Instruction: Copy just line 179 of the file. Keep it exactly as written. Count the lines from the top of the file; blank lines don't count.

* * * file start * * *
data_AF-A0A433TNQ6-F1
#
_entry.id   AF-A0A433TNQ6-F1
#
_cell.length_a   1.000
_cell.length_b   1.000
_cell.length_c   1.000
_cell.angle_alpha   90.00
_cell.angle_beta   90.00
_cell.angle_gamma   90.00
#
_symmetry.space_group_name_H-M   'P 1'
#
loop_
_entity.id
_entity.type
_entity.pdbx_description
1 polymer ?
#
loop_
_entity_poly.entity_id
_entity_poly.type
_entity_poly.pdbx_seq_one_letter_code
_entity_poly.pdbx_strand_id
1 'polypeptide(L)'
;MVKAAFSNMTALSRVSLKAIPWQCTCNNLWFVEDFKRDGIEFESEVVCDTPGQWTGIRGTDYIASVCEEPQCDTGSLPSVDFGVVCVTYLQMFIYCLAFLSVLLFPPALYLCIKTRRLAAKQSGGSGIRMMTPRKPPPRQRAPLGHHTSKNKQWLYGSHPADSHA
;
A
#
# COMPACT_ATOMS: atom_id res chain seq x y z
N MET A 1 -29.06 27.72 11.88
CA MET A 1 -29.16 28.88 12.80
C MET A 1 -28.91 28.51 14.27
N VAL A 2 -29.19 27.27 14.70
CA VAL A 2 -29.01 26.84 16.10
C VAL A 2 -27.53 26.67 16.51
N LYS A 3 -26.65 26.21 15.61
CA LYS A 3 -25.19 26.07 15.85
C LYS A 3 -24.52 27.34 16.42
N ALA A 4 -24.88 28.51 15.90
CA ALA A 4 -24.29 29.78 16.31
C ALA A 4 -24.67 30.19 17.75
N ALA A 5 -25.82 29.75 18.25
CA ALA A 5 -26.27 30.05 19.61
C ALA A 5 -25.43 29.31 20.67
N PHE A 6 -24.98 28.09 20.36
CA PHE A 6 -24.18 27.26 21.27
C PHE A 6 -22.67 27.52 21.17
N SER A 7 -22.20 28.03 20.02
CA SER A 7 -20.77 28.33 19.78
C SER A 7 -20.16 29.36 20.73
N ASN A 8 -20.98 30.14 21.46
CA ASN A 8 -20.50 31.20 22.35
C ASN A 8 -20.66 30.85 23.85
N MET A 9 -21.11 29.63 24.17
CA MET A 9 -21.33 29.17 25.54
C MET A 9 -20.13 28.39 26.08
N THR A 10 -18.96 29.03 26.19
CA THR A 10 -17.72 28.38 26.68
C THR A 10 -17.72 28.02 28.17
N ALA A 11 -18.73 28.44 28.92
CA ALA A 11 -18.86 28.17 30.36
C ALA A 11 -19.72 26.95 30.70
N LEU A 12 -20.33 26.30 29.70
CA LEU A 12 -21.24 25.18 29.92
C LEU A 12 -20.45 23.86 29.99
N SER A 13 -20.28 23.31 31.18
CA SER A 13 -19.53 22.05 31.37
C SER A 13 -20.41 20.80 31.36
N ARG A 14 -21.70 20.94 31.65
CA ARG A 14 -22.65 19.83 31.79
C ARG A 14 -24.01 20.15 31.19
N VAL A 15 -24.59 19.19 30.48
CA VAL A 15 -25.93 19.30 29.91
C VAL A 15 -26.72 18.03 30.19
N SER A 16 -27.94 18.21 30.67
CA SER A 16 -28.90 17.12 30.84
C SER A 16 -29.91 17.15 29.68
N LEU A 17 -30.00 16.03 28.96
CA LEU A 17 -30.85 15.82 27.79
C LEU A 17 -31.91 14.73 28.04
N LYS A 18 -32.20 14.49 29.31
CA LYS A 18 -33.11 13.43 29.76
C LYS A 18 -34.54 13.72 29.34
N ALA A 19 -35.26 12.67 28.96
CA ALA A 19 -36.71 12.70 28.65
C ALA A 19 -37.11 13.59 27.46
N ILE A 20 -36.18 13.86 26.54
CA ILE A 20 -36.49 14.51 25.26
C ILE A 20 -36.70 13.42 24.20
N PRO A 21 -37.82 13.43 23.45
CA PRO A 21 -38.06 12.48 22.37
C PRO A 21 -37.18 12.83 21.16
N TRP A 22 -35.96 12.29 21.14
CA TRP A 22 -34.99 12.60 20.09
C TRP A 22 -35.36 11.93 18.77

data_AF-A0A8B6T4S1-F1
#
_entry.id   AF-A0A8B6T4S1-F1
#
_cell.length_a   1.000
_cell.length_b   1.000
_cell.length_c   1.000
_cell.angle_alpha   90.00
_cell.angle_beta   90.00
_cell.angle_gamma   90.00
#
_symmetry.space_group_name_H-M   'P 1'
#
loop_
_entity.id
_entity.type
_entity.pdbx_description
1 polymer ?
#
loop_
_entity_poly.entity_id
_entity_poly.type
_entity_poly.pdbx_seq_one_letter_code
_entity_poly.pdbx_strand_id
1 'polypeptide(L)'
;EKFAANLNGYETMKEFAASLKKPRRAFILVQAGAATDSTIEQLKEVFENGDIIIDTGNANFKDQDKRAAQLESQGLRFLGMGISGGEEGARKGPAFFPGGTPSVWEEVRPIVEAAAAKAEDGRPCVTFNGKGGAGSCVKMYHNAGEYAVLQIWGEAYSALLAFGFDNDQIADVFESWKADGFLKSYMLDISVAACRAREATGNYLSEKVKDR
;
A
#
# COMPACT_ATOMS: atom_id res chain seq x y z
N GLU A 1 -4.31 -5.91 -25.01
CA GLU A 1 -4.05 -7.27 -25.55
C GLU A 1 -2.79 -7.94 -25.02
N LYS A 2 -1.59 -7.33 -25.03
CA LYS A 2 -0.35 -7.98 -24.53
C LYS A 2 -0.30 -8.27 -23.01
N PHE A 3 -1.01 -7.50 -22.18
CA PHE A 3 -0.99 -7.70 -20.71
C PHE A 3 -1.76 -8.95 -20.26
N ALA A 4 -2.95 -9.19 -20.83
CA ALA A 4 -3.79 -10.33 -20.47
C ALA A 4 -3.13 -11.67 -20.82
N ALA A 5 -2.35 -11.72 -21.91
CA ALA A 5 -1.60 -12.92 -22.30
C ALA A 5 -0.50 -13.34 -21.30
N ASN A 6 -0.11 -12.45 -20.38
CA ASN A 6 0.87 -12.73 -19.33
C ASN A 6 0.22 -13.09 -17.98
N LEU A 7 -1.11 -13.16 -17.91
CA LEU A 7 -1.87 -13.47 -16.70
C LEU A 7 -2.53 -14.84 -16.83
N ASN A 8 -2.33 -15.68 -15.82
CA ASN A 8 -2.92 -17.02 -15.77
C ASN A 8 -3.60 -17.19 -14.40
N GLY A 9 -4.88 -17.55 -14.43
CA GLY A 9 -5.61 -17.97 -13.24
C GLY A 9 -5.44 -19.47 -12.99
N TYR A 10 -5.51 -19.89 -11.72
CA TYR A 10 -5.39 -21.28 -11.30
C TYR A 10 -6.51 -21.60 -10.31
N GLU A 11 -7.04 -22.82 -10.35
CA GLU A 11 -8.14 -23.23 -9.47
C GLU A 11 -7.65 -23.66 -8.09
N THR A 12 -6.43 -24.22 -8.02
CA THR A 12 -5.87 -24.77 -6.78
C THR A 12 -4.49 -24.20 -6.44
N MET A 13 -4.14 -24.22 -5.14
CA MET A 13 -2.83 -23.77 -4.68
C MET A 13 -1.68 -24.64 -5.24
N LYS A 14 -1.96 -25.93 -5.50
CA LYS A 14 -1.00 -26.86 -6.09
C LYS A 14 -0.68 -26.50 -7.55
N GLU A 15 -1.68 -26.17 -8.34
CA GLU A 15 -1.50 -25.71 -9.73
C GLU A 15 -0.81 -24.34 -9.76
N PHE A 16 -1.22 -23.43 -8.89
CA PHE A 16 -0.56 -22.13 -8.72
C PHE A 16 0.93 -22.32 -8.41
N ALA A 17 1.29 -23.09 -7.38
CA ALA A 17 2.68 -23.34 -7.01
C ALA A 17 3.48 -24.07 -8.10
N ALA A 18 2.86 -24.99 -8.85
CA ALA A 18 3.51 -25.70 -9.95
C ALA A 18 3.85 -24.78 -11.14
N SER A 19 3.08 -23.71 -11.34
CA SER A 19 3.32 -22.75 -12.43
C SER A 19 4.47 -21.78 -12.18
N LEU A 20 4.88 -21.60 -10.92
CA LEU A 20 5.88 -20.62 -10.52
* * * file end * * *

CA ALA A 18 3.51 -25.70 -9.95